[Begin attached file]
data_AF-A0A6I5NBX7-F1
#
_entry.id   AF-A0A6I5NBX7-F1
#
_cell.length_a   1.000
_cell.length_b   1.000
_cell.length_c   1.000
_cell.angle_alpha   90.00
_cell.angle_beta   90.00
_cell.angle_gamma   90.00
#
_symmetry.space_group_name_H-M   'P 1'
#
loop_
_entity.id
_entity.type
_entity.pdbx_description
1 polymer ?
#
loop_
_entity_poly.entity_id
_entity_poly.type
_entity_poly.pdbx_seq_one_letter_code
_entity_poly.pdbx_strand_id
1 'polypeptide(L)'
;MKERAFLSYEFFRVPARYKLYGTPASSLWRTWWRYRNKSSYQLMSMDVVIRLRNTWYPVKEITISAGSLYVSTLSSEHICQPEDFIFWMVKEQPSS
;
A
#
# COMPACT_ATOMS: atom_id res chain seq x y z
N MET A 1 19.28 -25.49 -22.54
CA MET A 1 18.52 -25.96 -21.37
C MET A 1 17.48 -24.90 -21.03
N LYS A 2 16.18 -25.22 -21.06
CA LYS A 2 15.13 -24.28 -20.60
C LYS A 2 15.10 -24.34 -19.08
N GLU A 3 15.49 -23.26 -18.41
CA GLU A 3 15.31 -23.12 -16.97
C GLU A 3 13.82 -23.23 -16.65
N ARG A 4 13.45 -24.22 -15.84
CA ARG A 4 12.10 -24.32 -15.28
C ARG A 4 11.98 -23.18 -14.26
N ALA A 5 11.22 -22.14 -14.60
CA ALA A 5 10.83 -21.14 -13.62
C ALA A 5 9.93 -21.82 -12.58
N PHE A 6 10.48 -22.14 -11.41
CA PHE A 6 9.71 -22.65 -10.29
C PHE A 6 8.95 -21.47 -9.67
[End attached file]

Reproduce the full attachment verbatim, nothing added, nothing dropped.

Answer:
data_AF-A0A6I5NBX7-F1
#
_entry.id   AF-A0A6I5NBX7-F1
#
_cell.length_a   1.000
_cell.length_b   1.000
_cell.length_c   1.000
_cell.angle_alpha   90.00
_cell.angle_beta   90.00
_cell.angle_gamma   90.00
#
_symmetry.space_group_name_H-M   'P 1'
#
loop_
_entity.id
_entity.type
_entity.pdbx_description
1 polymer ?
#
loop_
_entity_poly.entity_id
_entity_poly.type
_entity_poly.pdbx_seq_one_letter_code
_entity_poly.pdbx_strand_id
1 'polypeptide(L)'
;MKERAFLSYEFFRVPARYKLYGTPASSLWRTWWRYRNKSSYQLMSMDVVIRLRNTWYPVKEITISAGSLYVSTLSSEHICQPEDFIFWMVKEQPSS
;
A
#
# COMPACT_ATOMS: atom_id res chain seq x y z
N MET A 1 19.28 -25.49 -22.54
CA MET A 1 18.52 -25.96 -21.37
C MET A 1 17.48 -24.90 -21.03
N LYS A 2 16.18 -25.22 -21.06
CA LYS A 2 15.13 -24.28 -20.60
C LYS A 2 15.10 -24.34 -19.08
N GLU A 3 15.49 -23.26 -18.41
CA GLU A 3 15.31 -23.12 -16.97
C GLU A 3 13.82 -23.23 -16.65
N ARG A 4 13.45 -24.22 -15.84
CA ARG A 4 12.10 -24.32 -15.28
C ARG A 4 11.98 -23.18 -14.26
N ALA A 5 11.22 -22.14 -14.60
CA ALA A 5 10.83 -21.14 -13.62
C ALA A 5 9.93 -21.82 -12.58
N PHE A 6 10.48 -22.14 -11.41
CA PHE A 6 9.71 -22.65 -10.29
C PHE A 6 8.95 -21.47 -9.67